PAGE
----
This project is far from a "bail out of a family who built a home nearly 100 percent of Mitchell's citizens cannot afford." This was an opportunity to purchase land in the Firesteel Watershed, adjacent to Lake Mitchell, that can be used to clean-up Lake Mitchell in a reasonably affordable way. The city had no interest in the residential property. It was not until the agricultural land was added as an option in the real estate listing that the city even considered this purchase. We do not need the buildings, and we intend to place them back on the market for sale. We will, however, use the agricultural land to better our lake and the watershed, all while maintaining control of the property within the watershed.

Unfortunately it has been claimed this was tied to the water and sewer rate increase approved in the meeting the day before, calling that increase a "tax" to pay for this purchase. First, the fees are user fees by state law and not taxes. The increase in these user fees is to pay for the State Revolving Fund (SRF) loan taken for infrastructure repair and replacement. This would be the construction phases on Sanborn Boulevard, and the storm drainage construction for the East Central Drainage Project (the area around Klock Werks). Second, the rate increase has nothing to do with this purchase. The property purchase is paid for as stated above.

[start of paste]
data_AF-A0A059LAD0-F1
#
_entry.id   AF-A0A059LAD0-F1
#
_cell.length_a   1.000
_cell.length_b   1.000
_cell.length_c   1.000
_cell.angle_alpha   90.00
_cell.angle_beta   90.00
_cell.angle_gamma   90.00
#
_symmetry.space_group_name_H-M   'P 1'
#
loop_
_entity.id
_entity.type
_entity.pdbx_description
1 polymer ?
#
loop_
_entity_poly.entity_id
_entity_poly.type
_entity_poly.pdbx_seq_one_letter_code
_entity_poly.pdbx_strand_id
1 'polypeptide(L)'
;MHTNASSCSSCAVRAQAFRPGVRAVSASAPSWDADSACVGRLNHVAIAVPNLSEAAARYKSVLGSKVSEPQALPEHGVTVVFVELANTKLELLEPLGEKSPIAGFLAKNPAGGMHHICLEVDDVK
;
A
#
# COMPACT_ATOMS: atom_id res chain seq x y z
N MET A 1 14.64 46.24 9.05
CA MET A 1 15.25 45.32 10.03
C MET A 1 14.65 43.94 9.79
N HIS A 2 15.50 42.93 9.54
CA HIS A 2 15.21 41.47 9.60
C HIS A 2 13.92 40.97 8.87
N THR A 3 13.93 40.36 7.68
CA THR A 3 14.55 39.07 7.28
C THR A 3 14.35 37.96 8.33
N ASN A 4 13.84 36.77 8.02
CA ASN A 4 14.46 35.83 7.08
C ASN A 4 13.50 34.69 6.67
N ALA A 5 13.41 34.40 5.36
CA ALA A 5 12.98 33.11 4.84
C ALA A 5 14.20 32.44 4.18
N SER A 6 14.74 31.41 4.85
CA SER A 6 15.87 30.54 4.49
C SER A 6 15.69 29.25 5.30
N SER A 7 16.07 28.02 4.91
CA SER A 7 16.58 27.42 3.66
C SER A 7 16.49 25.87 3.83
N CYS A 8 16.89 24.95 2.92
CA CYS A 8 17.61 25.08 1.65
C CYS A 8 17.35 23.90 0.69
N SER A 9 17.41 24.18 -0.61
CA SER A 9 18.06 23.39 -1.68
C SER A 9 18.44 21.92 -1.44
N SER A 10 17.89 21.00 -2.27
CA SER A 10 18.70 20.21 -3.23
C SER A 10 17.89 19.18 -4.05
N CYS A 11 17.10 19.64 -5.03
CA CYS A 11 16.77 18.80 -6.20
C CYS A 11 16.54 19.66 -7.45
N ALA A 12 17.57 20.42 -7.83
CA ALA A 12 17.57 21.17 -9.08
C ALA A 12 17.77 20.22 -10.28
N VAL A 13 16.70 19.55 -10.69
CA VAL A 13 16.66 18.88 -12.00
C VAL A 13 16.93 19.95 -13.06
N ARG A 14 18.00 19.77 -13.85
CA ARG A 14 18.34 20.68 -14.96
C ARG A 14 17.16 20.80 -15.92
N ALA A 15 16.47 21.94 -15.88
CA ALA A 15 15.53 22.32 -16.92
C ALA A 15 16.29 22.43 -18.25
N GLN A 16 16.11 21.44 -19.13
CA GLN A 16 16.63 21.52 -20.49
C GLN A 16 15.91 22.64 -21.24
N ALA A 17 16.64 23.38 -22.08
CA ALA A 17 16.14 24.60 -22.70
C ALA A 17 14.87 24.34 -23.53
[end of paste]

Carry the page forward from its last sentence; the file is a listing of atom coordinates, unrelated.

It was stated by Sibson the increase in water and sewer rates is a 97 percent increase, not correct at all. The base water rate increases $2 and the base sewer rate increases $5.75, for a total increase of $7.75, or 17 percent of the total monthly cost for the average household. The funds are enterprise funds; therefore, the monies collected go to pay operating expenses, much like any other business in town. This particular increase allows us to apply for low interest loans to address our infrastructure issues within the city. Addressing infrastructure is something I believe most citizens agree we need to take action on. The cost of infrastructure improvements are extremely expensive. Without having the ability to fund those improvements through low-interest loans with the state, it would be many years before the city could fund the improvements. The city's new utility rate is still 14 percent below the average rate of first class municipalities (municipalities having 5,000-plus residents) for comparison.

This proposed land acquisition by the city was a serendipitous discovery that came at a fortunate time. At the time, the city was not looking for property to acquire, we were reviewing options for leasing and looking for producers willing to work with us. We still need both those things, but this property gives us much broader control of clean-up efforts.

We will be able to use the cost of the property to leverage additional dollars for Firesteel Watershed and Lake Mitchell, bringing the overall cost of addressing clean-up to a more manageable figure than originally thought. I have tried to be as transparent as I can be and still make the city budget go as far as we can stretch it.

I am quite pleased with the huge steps forward the city of Mitchell is taking in Lake Mitchell, the watershed, and in addressing ongoing infrastructure needs within the core of the city. If there are doubters still out there, I encourage you to come visit me and learn the facts from the source. Hopefully I can help you understand just how proud of this city you should be.